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Rate rises starting to work?

28.06.2022 - 14:30
Mynd: Birgir Þór Harðarson / RÚV
The economy is stretched: according to the latest Hagstofa Íslands (Statistics Iceland) economic report, the economy will grow by over five percent this year, forecast private consumption and tourist numbers are up, and unemployment down. But inflation is the elephant in the room, at an estimated 7.5 percent this year. The property market is showing signs of cooling down, however.

According to Hagstofan, the effects of the war in Ukraine will last longer than previously predicted. But the single biggest factor affecting inflation is rising property prices, which the Central Bank has been trying to slow down with higher interest rates. There are now signs that is working.

“The outlook has improved in many ways, though uncertainty about inflation has increased, on the other hand. More inflation than we forecast last time. There is, though, more resilience in the economy than previously believed,” says Marinó Melsted, the head of research and analysis at Hagstofan.

Cooling property market

Fewer people are now attending open house events and fewer homes are selling above asking price, which seems to indicate higher interest rates are having an effect—both in tempering some people’s desire to buy property, and also stopping some others being able to secure property loans.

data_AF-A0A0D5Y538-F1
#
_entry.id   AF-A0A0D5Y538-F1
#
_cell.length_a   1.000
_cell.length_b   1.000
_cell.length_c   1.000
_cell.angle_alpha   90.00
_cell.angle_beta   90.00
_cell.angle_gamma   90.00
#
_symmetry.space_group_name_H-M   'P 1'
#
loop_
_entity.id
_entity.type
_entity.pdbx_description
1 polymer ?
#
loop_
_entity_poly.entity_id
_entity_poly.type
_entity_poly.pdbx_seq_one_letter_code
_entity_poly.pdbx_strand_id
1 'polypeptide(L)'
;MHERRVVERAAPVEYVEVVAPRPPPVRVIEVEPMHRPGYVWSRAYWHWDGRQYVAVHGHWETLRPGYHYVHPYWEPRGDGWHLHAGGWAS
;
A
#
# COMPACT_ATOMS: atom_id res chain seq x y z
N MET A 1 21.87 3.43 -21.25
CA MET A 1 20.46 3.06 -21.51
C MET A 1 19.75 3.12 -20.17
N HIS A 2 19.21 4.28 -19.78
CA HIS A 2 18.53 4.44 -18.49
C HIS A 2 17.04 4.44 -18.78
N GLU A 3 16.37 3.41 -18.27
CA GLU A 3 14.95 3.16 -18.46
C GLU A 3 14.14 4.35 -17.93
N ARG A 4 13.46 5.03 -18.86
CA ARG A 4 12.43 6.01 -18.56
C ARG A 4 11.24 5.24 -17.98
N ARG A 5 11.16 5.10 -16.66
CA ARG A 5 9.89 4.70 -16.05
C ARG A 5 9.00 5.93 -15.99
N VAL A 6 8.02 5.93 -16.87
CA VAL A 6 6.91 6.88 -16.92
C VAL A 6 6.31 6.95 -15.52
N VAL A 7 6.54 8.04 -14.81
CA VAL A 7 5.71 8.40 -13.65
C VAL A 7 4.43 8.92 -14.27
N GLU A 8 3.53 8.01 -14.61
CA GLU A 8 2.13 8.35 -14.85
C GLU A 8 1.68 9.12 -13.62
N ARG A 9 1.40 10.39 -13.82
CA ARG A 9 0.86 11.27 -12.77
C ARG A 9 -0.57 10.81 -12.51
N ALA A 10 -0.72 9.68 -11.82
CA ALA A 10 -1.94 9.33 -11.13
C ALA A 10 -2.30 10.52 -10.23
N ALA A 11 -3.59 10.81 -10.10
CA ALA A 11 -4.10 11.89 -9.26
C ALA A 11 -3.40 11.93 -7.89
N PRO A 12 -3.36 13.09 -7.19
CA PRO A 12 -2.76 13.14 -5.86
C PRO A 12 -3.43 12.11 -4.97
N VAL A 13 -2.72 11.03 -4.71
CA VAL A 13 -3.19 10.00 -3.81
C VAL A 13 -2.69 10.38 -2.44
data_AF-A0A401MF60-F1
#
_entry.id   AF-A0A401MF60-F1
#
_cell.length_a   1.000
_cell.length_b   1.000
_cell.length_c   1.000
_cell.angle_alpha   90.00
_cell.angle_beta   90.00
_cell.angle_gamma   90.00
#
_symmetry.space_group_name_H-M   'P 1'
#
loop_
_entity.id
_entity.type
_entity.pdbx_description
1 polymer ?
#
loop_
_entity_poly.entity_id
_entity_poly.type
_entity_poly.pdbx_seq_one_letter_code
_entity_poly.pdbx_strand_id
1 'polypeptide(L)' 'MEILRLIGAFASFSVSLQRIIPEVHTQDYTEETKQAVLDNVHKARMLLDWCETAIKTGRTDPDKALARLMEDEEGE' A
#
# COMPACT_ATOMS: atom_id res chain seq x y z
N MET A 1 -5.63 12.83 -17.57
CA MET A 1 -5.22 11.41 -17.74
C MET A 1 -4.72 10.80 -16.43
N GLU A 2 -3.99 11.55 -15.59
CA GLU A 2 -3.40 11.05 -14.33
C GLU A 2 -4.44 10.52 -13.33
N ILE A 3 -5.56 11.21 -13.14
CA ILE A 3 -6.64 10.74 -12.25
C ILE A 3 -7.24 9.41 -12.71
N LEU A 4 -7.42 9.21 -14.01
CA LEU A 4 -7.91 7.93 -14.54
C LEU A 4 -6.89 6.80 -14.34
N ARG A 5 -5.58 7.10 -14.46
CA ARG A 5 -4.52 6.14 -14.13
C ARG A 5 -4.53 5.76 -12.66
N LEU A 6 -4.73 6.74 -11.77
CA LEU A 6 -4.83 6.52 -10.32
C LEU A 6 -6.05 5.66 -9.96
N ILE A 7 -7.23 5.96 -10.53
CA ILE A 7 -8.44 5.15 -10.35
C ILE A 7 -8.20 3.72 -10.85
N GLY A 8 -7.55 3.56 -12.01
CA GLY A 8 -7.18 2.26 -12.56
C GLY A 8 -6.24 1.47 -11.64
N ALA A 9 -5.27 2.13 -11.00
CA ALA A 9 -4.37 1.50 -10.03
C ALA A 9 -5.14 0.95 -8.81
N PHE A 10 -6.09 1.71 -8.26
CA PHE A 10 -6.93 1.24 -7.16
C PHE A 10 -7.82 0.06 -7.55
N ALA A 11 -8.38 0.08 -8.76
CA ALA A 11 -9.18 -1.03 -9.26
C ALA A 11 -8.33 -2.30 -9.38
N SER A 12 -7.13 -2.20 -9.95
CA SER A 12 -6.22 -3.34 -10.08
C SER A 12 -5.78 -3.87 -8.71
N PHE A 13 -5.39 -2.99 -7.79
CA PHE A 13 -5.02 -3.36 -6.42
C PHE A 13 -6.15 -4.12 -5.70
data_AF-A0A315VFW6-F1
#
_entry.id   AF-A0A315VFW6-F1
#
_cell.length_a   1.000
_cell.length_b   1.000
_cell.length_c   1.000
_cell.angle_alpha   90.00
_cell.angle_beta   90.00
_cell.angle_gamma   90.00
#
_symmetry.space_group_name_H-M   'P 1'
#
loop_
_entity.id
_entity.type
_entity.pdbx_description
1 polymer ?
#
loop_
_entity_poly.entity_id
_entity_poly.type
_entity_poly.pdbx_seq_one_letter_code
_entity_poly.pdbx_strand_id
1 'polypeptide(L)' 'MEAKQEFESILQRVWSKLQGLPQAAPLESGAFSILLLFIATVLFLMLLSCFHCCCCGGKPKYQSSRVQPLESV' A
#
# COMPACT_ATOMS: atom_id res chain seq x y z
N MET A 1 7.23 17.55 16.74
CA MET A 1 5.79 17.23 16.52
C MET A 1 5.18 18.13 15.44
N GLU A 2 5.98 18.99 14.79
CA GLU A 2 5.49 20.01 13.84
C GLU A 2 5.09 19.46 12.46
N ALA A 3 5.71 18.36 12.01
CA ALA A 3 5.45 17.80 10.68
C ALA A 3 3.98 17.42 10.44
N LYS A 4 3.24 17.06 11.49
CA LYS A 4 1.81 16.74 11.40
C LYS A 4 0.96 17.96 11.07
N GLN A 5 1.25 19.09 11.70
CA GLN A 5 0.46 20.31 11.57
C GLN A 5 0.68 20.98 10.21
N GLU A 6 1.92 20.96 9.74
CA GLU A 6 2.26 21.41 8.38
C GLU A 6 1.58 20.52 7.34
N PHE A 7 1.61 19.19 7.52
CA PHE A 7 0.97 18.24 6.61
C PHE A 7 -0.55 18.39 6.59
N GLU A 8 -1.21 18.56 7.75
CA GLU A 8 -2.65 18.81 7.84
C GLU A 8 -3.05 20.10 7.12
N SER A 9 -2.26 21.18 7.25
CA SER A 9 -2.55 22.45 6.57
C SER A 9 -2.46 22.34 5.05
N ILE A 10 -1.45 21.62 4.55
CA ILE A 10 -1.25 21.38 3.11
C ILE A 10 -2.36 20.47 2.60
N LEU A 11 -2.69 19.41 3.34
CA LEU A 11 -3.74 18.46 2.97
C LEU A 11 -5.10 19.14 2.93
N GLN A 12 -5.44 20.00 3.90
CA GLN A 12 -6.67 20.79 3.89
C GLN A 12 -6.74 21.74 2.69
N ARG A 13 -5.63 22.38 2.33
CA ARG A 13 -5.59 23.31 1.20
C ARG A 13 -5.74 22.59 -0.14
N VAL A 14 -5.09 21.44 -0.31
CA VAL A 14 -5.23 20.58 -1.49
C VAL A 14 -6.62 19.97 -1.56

“Now is the first time we are seeing some indications of it. It is too early to assert confidently that the market is slowing, but hopefully,” says Kári S. Friðriksson, an economist with the housing and infrastructure agency, who adds that the market has not noticeably slowed since 2018.

Hannes Steindórsson, the chair of the estate agents’ association, agrees, saying: “There is a bit of a drop on open houses [drop-in sessions when anybody can view a home without pre-booking a viewing]. That is to say, instead of 20 or 15 coming, maybe seven or ten are coming. Fewer people come because prices are high. I don’t know for sure but the next two or three months I think it will continue to soften a bit. Prices have become rather high, but the big problem is still the number [shortage] of properties.”

Hannes says estate agents still need more homes to sell, as although fewer people are attending open house events, homes are still selling quickly. Fewer homes are selling for more than asking price today, partly because there are 57 percent more homes on the market today than in February—though this is not explained by any notable influx of new-build homes onto the market.

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